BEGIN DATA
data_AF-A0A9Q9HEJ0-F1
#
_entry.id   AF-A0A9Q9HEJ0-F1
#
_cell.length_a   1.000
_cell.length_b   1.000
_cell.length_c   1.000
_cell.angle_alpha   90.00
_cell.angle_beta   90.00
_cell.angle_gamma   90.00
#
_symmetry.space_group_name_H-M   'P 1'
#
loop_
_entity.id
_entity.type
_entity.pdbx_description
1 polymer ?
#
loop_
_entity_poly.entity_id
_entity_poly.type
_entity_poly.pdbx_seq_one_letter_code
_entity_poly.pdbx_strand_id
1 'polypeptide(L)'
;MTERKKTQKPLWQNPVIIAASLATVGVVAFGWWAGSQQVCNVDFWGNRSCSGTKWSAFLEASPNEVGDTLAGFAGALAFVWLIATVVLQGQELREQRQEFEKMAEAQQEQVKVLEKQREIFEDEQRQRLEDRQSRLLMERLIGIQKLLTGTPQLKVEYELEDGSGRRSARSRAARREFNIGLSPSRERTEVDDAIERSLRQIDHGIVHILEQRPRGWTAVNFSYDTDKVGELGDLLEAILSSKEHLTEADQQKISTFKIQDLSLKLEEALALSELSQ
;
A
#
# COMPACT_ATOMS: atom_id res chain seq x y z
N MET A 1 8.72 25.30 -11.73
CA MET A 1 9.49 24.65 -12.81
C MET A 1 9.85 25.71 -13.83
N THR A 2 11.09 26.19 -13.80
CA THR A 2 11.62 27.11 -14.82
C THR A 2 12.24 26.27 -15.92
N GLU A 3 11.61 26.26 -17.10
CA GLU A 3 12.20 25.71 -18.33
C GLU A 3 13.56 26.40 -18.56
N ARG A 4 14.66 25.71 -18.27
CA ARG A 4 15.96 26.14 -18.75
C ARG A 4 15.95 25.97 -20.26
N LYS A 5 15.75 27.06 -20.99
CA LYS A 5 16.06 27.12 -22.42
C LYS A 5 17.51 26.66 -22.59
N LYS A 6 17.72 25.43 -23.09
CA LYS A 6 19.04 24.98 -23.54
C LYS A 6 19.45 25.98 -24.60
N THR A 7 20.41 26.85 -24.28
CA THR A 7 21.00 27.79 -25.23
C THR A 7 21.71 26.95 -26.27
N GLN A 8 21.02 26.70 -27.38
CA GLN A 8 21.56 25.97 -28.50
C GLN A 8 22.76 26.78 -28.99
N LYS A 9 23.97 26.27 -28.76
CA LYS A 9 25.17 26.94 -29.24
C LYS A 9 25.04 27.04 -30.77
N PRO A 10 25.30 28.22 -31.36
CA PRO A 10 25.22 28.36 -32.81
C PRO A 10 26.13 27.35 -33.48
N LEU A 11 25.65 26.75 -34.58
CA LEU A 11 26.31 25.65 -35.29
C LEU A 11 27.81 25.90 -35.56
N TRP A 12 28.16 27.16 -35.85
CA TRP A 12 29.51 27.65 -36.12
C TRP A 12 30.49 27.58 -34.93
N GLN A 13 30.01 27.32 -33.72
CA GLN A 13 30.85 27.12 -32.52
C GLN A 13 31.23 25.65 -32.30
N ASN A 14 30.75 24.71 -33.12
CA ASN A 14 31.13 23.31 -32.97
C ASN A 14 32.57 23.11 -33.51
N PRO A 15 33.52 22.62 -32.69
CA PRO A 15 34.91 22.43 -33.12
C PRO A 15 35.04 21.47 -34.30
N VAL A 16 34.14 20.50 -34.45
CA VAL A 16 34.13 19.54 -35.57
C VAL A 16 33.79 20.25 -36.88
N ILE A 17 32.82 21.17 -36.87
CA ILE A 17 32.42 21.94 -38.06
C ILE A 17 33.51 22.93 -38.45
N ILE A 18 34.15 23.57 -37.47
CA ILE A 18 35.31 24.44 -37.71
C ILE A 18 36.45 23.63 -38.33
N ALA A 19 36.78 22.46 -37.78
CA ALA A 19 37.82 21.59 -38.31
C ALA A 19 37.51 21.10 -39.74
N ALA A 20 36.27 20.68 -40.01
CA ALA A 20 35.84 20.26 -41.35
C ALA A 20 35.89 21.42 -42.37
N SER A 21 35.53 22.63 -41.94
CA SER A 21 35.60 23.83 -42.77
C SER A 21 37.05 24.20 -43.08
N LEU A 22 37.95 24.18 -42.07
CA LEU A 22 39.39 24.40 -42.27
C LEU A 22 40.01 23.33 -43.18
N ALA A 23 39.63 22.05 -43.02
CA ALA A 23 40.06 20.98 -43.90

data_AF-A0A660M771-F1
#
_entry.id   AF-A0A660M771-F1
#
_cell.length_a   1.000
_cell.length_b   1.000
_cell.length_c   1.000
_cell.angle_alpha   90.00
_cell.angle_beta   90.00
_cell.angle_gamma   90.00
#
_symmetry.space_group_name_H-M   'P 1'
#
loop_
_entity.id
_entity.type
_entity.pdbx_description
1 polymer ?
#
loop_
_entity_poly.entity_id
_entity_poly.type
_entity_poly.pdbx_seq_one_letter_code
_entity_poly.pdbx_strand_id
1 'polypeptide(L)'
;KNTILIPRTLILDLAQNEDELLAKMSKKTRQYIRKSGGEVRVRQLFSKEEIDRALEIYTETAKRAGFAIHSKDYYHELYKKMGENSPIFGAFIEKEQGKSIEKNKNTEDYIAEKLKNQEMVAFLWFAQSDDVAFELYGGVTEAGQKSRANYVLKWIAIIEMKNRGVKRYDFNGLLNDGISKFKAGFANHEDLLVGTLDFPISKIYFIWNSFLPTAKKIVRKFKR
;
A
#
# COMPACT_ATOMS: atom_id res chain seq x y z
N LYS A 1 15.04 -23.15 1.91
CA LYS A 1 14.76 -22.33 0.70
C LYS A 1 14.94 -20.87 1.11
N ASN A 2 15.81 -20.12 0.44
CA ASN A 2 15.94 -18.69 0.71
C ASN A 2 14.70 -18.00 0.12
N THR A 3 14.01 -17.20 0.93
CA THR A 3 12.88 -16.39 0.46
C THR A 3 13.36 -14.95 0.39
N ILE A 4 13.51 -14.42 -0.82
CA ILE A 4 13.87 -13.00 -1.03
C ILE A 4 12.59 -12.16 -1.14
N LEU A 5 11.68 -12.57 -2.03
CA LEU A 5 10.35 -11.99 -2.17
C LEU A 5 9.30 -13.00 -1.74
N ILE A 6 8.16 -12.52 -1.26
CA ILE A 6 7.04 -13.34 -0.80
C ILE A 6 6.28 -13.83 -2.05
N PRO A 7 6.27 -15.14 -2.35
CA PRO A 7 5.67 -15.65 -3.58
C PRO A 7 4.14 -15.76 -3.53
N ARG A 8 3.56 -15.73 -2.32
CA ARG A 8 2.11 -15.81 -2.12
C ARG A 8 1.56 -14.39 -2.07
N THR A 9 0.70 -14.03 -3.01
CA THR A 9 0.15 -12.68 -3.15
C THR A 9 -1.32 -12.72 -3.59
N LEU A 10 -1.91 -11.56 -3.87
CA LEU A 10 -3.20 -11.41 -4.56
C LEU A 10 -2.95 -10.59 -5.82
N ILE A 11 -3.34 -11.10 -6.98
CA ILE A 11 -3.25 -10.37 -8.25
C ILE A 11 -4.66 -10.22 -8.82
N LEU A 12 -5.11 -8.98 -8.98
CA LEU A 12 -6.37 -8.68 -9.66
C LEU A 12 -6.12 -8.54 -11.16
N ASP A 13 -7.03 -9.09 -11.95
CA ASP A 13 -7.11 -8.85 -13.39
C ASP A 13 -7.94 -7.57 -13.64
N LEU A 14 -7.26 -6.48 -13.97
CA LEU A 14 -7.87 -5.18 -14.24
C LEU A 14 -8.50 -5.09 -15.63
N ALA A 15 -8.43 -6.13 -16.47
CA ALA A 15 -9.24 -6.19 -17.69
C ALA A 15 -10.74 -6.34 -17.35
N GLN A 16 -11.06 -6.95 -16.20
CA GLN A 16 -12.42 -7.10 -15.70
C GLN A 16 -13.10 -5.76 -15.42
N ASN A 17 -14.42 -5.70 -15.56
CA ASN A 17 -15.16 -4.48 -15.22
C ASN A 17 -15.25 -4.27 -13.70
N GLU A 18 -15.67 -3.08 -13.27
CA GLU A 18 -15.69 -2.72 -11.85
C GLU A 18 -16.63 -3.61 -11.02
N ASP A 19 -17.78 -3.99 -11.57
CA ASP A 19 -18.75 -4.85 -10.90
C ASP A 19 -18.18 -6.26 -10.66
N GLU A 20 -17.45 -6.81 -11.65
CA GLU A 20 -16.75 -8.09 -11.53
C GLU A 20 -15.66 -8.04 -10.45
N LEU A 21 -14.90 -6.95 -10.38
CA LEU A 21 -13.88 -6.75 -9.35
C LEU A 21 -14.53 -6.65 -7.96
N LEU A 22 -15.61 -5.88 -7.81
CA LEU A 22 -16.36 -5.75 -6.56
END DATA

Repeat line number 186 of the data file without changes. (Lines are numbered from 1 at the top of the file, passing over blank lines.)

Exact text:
N GLU A 20 -17.45 -6.81 -11.65